Edited by Andrew W. Mullineux and Victor Murinde
Chapter 11: The Settlement and Financing of International Trade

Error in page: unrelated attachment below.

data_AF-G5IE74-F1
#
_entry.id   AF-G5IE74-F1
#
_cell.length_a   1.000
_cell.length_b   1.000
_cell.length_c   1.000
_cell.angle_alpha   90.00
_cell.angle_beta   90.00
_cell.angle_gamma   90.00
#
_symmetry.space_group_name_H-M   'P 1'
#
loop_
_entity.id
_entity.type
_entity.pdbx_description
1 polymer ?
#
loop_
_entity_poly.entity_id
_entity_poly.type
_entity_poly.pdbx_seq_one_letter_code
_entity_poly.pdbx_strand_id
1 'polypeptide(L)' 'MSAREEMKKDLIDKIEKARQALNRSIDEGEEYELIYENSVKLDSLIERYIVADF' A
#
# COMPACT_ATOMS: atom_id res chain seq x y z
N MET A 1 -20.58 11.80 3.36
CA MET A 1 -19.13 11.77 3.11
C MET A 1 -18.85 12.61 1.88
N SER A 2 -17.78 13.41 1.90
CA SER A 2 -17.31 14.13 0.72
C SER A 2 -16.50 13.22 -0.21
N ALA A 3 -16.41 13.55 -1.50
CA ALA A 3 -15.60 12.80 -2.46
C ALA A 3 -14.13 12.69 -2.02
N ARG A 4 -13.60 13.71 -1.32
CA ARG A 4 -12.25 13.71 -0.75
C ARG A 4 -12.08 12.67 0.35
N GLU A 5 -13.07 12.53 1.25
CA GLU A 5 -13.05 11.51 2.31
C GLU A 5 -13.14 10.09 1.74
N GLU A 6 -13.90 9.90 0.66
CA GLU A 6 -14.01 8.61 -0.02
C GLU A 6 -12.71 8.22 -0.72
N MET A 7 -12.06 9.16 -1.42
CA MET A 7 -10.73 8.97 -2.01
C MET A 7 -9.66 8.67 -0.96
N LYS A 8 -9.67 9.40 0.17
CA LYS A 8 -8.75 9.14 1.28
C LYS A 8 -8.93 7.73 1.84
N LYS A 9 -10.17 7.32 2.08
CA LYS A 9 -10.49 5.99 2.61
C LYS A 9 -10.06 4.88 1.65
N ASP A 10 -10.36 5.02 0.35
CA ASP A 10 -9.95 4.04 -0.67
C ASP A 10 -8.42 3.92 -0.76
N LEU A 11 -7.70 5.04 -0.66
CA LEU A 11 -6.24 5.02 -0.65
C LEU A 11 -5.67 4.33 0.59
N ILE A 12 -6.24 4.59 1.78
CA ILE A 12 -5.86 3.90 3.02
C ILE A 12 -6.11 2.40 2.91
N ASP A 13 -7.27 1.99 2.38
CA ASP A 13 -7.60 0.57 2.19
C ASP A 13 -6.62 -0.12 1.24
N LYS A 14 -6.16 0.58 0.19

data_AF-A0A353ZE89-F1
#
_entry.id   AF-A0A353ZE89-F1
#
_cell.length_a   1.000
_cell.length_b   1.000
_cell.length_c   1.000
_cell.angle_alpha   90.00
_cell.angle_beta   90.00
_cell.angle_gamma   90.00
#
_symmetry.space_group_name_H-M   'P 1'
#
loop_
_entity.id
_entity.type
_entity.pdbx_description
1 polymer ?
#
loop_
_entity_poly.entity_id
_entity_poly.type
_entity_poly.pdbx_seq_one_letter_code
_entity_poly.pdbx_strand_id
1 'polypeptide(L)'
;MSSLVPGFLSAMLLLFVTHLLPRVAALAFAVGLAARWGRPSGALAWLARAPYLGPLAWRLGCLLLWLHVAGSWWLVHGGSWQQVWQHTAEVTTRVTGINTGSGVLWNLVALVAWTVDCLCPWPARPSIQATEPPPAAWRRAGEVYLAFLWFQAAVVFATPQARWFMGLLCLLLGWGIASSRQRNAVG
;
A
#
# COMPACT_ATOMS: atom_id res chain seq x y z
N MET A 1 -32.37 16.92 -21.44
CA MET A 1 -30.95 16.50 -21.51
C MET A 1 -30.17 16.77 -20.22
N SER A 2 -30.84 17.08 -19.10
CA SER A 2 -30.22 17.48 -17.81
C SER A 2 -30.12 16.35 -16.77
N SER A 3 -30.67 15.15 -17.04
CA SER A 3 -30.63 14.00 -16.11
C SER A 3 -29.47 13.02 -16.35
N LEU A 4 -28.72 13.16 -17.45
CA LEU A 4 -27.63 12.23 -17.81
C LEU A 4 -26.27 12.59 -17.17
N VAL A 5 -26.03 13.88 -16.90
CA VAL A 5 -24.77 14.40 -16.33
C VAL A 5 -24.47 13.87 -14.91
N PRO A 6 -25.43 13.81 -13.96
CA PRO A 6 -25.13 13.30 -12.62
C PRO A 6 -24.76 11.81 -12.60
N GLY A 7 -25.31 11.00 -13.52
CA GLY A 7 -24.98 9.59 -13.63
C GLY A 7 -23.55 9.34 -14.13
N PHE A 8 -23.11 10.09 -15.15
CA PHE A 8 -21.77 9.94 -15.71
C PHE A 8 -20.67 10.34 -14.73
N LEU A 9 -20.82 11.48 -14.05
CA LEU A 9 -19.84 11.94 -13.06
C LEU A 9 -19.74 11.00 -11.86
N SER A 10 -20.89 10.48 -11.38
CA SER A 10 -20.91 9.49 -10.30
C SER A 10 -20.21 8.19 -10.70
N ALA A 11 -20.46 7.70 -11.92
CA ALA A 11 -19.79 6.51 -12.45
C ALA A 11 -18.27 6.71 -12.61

11. The settlement and ﬁnancing of international trade Ayse G. Eren 1 INTRODUCTION International trade activities involve such issues as the exchange of goods and services, the activities of exporters and importers, international payments and exchange rates, and the role of international banking and ﬁnance. Exporters and importers tend to prevail on their banks to obtain for them the most cost-eﬀective methods of payment and settlement. Banks and other ﬁnancial institutions play an important role in identifying from the existing ﬁnancial markets the most suitable instruments that could be used to ﬁnance international trade. Export ﬁnancing, therefore, can be simply deﬁned as a mechanism for ﬁnancing export sales. On these grounds, the ﬁnancing of international trade can be considered as an integral element of international banking (see Murinde, 1996, ch. 8). In general, international trade ﬁnance refers to the provision of bank credit facilities to meet a company’s borrowing needs in relation to its international trade activities. For example, international trade ﬁnancing techniques can be used to bridge the funding gap between any credit provided in the trade contract and the need to ﬁnance stock and debtors. Historically, within commercial banks in the UK this funding gap has been ﬁnanced by overdraft facilities. Furthermore, it is fully acknowledged that in many instances traditional internal working capital ﬁnance continues to oﬀer a perfectly adequate solution to customers involved in international trade. However, a major advantage of trade ﬁnance products and techniques is the additional assurance which banks can...
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